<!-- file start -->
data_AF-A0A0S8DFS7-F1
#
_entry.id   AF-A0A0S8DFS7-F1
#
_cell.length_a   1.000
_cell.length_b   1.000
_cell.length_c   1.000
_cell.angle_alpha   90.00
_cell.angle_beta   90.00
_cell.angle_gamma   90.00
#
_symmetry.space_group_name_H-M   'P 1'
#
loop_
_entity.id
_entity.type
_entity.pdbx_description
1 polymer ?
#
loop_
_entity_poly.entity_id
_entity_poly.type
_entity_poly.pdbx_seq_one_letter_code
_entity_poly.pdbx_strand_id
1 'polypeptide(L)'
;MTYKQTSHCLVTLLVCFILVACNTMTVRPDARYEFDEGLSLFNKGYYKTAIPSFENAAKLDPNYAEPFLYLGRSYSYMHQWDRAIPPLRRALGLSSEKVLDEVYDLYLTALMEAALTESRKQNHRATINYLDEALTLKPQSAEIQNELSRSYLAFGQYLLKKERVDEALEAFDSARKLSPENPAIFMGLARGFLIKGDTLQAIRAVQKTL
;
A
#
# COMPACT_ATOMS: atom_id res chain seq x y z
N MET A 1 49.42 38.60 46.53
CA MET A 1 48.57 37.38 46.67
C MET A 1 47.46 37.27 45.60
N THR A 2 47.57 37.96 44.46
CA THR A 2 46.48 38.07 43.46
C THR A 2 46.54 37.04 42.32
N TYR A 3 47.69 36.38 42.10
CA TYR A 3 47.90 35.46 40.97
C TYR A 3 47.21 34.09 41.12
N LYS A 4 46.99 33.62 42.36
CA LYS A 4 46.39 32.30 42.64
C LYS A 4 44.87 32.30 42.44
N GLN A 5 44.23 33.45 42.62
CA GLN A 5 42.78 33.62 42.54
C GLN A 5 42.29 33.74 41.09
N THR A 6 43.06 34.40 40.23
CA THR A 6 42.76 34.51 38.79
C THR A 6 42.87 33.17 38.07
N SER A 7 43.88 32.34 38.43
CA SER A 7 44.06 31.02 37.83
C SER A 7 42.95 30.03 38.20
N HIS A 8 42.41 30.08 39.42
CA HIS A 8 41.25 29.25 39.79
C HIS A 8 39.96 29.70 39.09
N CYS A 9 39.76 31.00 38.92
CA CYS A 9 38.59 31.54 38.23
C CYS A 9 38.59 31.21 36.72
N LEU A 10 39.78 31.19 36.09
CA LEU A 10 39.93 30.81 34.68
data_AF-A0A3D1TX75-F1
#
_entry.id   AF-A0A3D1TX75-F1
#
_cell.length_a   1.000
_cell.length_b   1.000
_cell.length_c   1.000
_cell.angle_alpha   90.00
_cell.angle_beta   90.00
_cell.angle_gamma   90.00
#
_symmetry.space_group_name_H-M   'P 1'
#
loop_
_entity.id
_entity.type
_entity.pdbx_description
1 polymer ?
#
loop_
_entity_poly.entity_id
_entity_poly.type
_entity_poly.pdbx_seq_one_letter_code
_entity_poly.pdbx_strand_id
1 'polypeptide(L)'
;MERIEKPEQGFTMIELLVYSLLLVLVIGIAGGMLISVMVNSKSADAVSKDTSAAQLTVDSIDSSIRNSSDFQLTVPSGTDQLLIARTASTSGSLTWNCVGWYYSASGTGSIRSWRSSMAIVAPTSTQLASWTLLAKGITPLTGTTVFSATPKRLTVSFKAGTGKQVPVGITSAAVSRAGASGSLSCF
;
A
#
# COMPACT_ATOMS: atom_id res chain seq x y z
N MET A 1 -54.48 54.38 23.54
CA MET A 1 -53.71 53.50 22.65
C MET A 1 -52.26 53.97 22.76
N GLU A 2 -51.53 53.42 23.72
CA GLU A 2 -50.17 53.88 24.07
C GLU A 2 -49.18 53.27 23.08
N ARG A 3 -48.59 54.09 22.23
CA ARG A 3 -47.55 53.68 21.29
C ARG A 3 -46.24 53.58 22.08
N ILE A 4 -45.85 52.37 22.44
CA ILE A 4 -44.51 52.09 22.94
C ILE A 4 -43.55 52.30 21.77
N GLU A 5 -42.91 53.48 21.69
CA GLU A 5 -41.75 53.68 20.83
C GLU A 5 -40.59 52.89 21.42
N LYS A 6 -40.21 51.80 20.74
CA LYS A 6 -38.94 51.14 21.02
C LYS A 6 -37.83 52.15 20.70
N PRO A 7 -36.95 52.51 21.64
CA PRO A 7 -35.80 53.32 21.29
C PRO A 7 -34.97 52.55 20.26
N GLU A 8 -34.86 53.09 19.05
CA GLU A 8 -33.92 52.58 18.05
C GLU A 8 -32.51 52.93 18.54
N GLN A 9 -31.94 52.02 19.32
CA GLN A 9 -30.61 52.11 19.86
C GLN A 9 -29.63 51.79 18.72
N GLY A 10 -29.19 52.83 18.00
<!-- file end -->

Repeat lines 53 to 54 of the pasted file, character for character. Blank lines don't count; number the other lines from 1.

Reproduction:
CA HIS A 8 41.25 29.25 39.79
C HIS A 8 39.96 29.70 39.09